11 Things We Can Live Without in '11

Last year on this date I wrote a column
featuring "10 wishes for 2010." It was sweet, but with the exception of
our unexpectedly glorious New England summer, few of my wishes (comity
in Washington, peace on earth, etc.) came true. Sad to say, it's a lot
easier to find things we wish not to happen. Herewith, my admittedly
quirky list of 11 things we can do without in 2011. Feel free to suggest
your own:

1) More casino capitalism.
This month we heard about a group of hedge fund investors trading in a
hot new commodity: claim settlements for victims of Bernard Madoff's
massive fraud. These Wall Street sharpies are offering pennies on the
dollar for claimants who want a guaranteed payout. What's next - pooling
the payments and then dicing them into derivatives? Did we learn
nothing from the financial collapse?

2) Another seance with the founders.
Coming soon, a heated debate about the 14th Amendment to the US
Constitution - the one that defends the citizenship status of children
born to illegal immigrants. Like the debate over the "real'' meaning of
the 2nd Amendment, both sides of the issue will claim to know the one
true intent of the authors, 144 years ago. And like the 2nd Amendment
debate and gun violence, the fight over the 14th will only distract from
legitimate problems with immigration.

3) "Actually."
This filler adverb - the new "really'' - is suddenly being misused
everywhere. "She's not actually in right now." "We're actually closed
Sunday." Arrgh! The word grates on the inner ear like aural sandpaper.

4) Gridlock, secret holds, filibuster threats, and other abuses of the US Senate.
When even the winner of the Nobel Prize in economics can have his
appointment to the Federal Reserve blocked by a single disgruntled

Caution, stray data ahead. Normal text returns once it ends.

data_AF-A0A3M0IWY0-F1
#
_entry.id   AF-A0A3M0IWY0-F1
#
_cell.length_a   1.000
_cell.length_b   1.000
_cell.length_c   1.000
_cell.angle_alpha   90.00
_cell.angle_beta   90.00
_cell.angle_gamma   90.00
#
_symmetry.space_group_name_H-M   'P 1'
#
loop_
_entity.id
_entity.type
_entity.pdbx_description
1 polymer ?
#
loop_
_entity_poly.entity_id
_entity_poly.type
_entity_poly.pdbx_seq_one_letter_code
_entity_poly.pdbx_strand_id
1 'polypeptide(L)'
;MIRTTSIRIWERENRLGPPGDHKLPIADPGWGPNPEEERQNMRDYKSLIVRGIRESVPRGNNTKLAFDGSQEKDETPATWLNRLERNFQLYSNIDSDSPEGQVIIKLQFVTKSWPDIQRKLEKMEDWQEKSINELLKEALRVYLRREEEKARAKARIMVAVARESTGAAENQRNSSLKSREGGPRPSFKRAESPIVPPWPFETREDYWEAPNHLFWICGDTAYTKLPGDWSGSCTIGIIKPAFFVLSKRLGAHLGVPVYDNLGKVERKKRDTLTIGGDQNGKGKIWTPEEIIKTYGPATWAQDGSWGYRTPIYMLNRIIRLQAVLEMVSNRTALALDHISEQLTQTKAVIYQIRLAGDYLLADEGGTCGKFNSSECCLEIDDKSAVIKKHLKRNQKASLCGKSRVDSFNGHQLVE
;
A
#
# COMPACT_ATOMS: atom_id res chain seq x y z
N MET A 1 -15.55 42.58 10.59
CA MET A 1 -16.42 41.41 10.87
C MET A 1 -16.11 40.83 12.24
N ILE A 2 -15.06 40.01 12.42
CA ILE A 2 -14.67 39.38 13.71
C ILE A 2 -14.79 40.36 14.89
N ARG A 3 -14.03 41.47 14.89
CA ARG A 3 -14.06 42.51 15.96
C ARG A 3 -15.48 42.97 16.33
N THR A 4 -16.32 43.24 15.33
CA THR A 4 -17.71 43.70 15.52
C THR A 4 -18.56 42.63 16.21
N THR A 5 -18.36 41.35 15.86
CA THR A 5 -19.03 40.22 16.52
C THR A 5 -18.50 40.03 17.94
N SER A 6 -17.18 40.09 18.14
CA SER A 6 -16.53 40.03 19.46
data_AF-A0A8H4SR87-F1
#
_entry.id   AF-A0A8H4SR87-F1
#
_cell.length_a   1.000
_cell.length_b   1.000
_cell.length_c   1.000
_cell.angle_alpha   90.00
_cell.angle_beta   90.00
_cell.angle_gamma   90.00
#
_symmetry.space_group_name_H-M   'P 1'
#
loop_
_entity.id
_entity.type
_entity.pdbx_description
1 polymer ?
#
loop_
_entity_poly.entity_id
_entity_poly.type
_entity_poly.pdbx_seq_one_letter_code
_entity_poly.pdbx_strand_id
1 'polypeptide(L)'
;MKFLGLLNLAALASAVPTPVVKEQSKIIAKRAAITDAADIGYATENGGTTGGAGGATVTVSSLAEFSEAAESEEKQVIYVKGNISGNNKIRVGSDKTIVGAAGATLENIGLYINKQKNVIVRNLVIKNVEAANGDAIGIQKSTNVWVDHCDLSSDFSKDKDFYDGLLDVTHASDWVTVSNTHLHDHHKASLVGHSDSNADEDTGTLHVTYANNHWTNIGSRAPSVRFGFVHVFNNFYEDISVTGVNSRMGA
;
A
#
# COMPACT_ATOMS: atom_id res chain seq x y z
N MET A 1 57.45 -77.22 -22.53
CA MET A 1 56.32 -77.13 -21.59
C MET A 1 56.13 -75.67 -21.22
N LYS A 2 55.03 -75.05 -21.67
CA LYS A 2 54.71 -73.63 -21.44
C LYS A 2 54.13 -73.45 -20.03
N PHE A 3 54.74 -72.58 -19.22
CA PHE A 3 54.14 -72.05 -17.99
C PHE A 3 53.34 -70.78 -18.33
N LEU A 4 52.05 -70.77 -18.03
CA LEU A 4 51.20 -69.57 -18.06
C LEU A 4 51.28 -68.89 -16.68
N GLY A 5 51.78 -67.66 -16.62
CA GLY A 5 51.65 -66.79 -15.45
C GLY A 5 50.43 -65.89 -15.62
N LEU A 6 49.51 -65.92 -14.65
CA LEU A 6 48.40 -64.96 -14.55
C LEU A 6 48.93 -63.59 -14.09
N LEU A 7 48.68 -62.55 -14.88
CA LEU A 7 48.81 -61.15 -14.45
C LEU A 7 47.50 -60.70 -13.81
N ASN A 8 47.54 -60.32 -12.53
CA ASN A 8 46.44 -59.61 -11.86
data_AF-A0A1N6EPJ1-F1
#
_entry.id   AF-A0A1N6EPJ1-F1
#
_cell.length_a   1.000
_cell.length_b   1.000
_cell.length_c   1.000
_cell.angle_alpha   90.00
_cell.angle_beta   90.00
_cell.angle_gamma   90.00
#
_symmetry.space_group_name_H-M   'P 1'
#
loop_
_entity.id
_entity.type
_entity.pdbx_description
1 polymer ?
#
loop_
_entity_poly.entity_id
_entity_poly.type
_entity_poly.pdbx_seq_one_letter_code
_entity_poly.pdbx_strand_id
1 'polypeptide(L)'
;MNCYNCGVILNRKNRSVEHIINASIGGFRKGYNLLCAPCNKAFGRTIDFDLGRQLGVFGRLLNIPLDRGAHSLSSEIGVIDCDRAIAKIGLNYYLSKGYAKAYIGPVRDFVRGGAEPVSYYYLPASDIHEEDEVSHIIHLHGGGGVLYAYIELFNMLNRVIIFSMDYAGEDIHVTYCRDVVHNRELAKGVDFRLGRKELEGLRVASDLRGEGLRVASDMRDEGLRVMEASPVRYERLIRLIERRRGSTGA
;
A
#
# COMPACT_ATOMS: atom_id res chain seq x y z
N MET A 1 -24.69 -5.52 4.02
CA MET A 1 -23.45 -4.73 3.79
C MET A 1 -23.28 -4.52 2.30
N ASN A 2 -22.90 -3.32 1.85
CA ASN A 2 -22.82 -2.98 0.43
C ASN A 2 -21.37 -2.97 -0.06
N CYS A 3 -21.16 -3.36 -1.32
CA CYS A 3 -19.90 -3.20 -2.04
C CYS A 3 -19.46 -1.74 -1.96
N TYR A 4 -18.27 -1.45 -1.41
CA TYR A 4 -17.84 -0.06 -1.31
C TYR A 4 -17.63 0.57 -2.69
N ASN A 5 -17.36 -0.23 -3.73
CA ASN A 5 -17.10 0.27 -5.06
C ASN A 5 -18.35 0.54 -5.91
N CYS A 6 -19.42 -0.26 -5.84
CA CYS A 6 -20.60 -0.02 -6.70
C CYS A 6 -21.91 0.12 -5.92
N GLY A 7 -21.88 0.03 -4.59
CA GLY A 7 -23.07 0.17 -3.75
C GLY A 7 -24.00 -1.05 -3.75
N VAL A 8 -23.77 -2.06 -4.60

senator, something is seriously amiss in the world's greatest
deliberative body.

5) Noise escalation. The
modern world has become so clamorous that Congress just passed
legislation requiring that engine sounds be added in to silent hybrid
cars for safety purposes. With snow blowers in winter, lawnmowers in
spring, weed whackers in the summertime, and leaf blowers in the fall,
quiet has become a too-precious commodity: exclusive, expensive - and
exquisite.

8) Faux populism. From
Bristol Palin besting the judges' preferred dancers on reality TV to
complaints that the Supreme Court is top-heavy with Ivy League
graduates, expertise is under attack. The rage is all for outsiders and
autodidacts - a trend escalated by the Internet, where anyone can
diagnose their own illness or fix their own car. Unfortunately, not all
opinions are created equal.

9) The sulfurous tone of online comments. We
hard-bitten journalists can take it, but the vile insults hurled at the
subjects of news stories - or by the posters at each other - drive away
all but the extremists and coarsen the debate. The Internet's great
promise is its democratizing effect: a place where everyone can be
heard. But not when they're drowned out by screaming schoolyard bullies.

8) Mayoral jockeying.
Word is that Boston City Councilor Steve Murphy is everyone's choice
for council president because he is the one member not expected to use
the post as a springboard to run for mayor. With homicides up steeply
over 2009 and chronically failing schools, the city has too many real
problems to be obsessed with who's got the advantage in the 2013 race to
succeed Tom Menino.

9) Restocking charges. Sure,
people sometimes abuse return policies, but a 15 percent fee for taking
back an unwanted or imperfect holiday gift seems excessive. Best Buy
backed off the practice this season, but other retailers still claim
they need to be reimbursed for elaborate packaging. How about reducing
the packaging instead?

10) Generational warfare. With
heightened fears about the federal debt, the fate of Social Security is
sure to be on the griddle in 2011. This will surely spark more grousing
about entitled elders protecting their benefits while child care and
education go begging. But why choose? With a progressive tax policy,
serious cuts in military spending, and real reforms in health care
delivery, there should be enough funding for everybody.

11) Arrogant, smug, know-it-all columnists. (Note to online commenters: Beat you to it!)

Renee Loth's column appears regularly in the Globe.